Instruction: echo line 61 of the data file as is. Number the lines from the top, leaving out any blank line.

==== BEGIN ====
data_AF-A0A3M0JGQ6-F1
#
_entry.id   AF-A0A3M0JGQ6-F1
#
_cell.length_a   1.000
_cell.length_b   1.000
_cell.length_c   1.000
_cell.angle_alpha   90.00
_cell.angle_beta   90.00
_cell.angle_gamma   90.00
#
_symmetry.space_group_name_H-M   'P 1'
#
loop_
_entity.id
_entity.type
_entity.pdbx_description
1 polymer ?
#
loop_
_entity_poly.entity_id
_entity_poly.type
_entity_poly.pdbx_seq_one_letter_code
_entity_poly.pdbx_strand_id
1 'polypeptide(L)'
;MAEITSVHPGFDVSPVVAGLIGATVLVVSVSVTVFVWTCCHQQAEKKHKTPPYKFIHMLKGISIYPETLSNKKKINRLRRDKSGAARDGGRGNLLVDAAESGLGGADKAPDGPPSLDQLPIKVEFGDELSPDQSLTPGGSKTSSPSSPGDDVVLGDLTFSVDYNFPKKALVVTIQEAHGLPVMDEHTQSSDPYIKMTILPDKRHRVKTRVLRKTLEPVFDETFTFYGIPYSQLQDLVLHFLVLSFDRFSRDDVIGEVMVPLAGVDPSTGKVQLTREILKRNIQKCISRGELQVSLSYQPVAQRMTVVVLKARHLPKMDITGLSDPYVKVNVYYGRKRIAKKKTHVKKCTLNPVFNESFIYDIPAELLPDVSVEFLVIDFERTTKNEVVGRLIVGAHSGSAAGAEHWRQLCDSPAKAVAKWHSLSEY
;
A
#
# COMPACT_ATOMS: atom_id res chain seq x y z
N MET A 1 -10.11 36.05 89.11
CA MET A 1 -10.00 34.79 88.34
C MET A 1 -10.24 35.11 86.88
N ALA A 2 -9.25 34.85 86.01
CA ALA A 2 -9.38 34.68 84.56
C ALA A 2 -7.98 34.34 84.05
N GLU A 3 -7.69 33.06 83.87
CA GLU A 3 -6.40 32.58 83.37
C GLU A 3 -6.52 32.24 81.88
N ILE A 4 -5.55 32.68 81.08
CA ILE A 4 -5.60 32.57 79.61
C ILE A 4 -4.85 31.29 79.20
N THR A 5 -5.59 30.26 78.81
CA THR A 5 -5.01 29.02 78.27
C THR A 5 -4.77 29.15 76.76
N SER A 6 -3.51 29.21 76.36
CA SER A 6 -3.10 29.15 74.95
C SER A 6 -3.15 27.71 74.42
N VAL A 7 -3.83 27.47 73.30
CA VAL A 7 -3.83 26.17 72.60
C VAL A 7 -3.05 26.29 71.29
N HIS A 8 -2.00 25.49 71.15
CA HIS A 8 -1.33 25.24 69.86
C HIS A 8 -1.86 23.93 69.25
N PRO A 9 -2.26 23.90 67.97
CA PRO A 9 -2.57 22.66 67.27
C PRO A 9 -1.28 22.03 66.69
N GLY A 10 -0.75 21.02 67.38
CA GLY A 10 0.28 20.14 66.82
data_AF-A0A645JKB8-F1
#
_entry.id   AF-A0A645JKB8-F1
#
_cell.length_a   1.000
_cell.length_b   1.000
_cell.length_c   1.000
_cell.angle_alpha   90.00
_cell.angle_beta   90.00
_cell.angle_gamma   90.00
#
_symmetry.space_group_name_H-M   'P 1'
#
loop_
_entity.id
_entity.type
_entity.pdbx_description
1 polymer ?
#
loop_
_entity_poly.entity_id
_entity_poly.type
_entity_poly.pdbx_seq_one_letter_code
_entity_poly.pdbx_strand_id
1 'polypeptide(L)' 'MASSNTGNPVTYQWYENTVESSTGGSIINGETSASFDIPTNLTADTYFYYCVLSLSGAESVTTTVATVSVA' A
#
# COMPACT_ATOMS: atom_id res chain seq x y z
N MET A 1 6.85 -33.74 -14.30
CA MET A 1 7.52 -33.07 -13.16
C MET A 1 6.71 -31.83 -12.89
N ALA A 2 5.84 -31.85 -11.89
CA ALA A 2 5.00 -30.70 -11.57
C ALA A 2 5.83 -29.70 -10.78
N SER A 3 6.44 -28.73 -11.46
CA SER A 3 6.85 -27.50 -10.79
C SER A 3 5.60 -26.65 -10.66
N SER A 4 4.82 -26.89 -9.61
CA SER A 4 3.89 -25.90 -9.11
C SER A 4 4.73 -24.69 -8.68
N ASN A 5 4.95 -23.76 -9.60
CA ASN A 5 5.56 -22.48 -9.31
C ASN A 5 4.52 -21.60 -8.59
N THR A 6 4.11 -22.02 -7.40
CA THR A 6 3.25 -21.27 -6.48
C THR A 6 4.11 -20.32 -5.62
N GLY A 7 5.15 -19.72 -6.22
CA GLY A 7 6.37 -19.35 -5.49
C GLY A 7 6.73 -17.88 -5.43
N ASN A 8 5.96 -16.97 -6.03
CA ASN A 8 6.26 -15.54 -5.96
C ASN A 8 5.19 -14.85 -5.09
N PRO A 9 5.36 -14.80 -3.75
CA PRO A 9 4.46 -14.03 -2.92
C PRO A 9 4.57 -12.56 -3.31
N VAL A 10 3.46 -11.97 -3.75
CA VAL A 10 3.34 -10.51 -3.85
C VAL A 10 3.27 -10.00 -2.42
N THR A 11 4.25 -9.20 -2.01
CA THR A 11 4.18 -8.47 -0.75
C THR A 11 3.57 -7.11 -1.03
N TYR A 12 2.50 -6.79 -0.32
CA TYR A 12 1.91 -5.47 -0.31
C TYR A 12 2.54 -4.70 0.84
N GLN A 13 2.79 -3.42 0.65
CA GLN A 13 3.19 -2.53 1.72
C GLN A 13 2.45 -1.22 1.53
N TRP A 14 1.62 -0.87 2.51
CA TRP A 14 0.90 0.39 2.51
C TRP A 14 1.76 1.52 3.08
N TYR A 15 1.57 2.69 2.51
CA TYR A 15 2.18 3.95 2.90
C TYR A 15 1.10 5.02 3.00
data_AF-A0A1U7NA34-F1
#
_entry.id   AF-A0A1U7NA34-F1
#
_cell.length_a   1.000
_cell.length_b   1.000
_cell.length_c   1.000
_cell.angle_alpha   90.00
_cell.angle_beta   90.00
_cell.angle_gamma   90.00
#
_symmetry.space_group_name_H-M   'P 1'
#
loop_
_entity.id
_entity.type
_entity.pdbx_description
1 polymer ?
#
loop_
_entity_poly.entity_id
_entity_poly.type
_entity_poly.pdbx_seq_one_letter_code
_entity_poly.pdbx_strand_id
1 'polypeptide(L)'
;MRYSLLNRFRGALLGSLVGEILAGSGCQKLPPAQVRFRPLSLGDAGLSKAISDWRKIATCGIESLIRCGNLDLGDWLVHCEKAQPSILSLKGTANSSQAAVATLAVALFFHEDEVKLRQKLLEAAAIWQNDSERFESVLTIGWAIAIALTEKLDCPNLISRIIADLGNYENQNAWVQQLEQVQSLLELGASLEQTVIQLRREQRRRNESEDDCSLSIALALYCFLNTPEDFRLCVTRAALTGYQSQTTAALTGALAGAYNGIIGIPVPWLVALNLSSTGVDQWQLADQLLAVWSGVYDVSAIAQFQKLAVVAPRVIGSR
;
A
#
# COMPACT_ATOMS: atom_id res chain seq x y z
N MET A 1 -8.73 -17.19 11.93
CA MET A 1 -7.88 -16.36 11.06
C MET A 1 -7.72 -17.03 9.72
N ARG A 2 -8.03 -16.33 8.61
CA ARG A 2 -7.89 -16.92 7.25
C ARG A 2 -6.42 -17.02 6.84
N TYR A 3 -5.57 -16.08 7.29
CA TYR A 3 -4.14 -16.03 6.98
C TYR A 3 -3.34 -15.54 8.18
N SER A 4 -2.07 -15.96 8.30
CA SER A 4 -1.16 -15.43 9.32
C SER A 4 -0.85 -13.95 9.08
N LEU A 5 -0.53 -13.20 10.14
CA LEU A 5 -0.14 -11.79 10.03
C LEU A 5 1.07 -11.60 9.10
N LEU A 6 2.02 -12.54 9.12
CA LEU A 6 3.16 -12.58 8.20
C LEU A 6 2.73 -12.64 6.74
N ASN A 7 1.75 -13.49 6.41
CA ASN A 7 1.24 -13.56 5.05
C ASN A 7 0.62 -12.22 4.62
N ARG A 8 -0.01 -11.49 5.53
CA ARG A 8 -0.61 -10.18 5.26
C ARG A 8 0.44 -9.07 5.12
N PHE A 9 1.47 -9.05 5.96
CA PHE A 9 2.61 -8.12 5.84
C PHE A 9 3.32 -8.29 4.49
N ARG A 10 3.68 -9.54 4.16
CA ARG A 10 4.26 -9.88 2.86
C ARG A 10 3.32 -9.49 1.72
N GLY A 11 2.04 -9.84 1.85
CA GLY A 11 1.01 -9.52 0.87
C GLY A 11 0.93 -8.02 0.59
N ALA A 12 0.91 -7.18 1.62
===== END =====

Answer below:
#